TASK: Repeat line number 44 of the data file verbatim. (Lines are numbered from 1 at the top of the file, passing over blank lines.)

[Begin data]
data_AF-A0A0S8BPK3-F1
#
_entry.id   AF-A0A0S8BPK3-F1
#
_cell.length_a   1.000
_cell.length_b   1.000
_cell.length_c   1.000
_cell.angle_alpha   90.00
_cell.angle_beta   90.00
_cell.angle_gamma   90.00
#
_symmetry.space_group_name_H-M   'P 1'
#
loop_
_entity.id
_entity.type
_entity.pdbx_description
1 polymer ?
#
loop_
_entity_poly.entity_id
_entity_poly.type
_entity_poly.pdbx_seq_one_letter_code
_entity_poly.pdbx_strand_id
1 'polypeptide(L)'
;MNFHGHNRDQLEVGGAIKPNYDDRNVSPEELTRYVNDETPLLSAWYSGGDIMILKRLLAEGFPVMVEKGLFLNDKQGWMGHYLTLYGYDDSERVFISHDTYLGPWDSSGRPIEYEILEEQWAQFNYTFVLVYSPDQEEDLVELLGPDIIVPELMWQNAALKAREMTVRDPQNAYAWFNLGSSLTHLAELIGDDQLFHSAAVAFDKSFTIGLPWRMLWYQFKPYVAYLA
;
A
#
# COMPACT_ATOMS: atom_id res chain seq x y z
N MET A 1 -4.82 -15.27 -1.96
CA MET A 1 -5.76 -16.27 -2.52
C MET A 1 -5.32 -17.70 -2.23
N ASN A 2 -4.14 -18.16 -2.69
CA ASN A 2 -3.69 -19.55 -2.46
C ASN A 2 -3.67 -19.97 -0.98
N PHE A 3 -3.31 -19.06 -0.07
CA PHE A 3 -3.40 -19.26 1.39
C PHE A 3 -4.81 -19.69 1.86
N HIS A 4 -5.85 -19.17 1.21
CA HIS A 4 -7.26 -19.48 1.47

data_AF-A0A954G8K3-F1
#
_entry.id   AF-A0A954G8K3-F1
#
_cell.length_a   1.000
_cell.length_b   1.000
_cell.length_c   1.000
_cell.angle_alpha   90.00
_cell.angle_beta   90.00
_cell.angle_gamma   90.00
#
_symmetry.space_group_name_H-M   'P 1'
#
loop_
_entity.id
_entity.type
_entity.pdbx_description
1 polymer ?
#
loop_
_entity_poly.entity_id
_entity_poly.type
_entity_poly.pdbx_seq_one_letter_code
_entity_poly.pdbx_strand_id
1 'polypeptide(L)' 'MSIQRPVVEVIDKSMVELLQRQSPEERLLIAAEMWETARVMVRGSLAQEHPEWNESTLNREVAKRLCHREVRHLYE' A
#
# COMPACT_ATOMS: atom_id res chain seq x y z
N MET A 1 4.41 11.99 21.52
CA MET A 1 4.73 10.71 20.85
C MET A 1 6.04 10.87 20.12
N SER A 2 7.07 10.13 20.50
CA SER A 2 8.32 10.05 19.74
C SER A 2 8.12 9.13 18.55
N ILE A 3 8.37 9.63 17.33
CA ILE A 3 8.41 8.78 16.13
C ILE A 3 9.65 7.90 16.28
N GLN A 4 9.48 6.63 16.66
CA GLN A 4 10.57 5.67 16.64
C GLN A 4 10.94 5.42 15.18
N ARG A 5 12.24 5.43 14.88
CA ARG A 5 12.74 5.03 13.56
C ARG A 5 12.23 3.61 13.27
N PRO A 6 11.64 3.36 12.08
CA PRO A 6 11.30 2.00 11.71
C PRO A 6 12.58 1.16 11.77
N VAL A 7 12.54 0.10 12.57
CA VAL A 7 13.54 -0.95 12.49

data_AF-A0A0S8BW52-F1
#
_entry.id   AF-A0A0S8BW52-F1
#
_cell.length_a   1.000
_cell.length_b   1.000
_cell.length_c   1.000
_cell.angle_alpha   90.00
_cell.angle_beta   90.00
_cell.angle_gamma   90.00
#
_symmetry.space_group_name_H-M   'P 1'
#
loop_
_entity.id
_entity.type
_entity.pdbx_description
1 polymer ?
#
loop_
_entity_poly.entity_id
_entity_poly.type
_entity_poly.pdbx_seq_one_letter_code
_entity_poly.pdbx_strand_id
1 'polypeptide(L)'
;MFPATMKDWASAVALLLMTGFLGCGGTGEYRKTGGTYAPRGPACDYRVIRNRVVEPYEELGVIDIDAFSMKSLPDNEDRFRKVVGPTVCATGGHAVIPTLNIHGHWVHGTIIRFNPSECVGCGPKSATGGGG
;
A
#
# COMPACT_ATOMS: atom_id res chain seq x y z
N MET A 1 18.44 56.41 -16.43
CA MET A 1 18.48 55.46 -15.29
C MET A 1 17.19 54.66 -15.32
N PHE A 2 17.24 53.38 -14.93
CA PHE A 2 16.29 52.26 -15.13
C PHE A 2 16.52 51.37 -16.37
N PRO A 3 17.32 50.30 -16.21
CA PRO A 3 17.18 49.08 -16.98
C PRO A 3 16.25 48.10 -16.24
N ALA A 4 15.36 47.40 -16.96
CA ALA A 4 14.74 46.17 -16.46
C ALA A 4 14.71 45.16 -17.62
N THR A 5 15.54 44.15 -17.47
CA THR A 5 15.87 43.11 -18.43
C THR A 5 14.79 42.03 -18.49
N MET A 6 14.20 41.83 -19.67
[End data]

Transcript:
_entry.id   AF-A0A954G8K3-F1